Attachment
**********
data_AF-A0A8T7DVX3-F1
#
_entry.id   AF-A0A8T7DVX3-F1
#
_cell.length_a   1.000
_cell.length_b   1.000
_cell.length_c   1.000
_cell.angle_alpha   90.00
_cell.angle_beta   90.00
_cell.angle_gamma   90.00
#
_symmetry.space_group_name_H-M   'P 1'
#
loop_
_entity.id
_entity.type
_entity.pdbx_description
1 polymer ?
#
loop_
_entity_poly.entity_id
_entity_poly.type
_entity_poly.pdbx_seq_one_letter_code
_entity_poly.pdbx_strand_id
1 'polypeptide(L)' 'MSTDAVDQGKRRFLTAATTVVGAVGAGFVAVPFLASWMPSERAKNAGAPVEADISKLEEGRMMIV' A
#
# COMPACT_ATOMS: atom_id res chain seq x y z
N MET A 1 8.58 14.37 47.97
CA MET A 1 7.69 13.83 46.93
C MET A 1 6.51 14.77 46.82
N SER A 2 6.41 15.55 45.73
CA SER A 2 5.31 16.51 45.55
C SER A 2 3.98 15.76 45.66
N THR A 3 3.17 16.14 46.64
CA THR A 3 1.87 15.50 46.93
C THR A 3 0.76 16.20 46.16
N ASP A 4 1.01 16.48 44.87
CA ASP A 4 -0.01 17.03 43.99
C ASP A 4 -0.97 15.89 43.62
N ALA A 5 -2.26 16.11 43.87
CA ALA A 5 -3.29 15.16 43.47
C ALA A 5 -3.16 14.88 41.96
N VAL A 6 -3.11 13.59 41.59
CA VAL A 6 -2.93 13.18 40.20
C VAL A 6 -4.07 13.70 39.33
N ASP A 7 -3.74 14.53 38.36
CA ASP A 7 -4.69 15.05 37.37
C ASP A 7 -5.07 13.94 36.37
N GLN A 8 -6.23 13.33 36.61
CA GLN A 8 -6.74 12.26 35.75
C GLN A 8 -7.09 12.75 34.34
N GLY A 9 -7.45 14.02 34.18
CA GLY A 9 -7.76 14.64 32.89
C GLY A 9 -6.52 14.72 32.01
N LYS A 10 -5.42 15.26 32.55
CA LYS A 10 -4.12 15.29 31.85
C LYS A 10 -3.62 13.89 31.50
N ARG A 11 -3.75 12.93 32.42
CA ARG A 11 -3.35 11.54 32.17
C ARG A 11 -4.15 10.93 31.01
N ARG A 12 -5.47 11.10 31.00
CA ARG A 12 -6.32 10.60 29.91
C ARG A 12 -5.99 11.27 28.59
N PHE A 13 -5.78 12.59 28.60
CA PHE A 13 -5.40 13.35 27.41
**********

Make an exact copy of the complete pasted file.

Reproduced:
data_AF-A0A8T7DVX3-F1
#
_entry.id   AF-A0A8T7DVX3-F1
#
_cell.length_a   1.000
_cell.length_b   1.000
_cell.length_c   1.000
_cell.angle_alpha   90.00
_cell.angle_beta   90.00
_cell.angle_gamma   90.00
#
_symmetry.space_group_name_H-M   'P 1'
#
loop_
_entity.id
_entity.type
_entity.pdbx_description
1 polymer ?
#
loop_
_entity_poly.entity_id
_entity_poly.type
_entity_poly.pdbx_seq_one_letter_code
_entity_poly.pdbx_strand_id
1 'polypeptide(L)' 'MSTDAVDQGKRRFLTAATTVVGAVGAGFVAVPFLASWMPSERAKNAGAPVEADISKLEEGRMMIV' A
#
# COMPACT_ATOMS: atom_id res chain seq x y z
N MET A 1 8.58 14.37 47.97
CA MET A 1 7.69 13.83 46.93
C MET A 1 6.51 14.77 46.82
N SER A 2 6.41 15.55 45.73
CA SER A 2 5.31 16.51 45.55
C SER A 2 3.98 15.76 45.66
N THR A 3 3.17 16.14 46.64
CA THR A 3 1.87 15.50 46.93
C THR A 3 0.76 16.20 46.16
N ASP A 4 1.01 16.48 44.87
CA ASP A 4 -0.01 17.03 43.99
C ASP A 4 -0.97 15.89 43.62
N ALA A 5 -2.26 16.11 43.87
CA ALA A 5 -3.29 15.16 43.47
C ALA A 5 -3.16 14.88 41.96
N VAL A 6 -3.11 13.59 41.59
CA VAL A 6 -2.93 13.18 40.20
C VAL A 6 -4.07 13.70 39.33
N ASP A 7 -3.74 14.53 38.36
CA ASP A 7 -4.69 15.05 37.37
C ASP A 7 -5.07 13.94 36.37
N GLN A 8 -6.23 13.33 36.61
CA GLN A 8 -6.74 12.26 35.75
C GLN A 8 -7.09 12.75 34.34
N GLY A 9 -7.45 14.02 34.18
CA GLY A 9 -7.76 14.64 32.89
C GLY A 9 -6.52 14.72 32.01
N LYS A 10 -5.42 15.26 32.55
CA LYS A 10 -4.12 15.29 31.85
C LYS A 10 -3.62 13.89 31.50
N ARG A 11 -3.75 12.93 32.42
CA ARG A 11 -3.35 11.54 32.17
C ARG A 11 -4.15 10.93 31.01
N ARG A 12 -5.47 11.10 31.00
CA ARG A 12 -6.32 10.60 29.91
C ARG A 12 -5.99 11.27 28.59
N PHE A 13 -5.78 12.59 28.60
CA PHE A 13 -5.40 13.35 27.41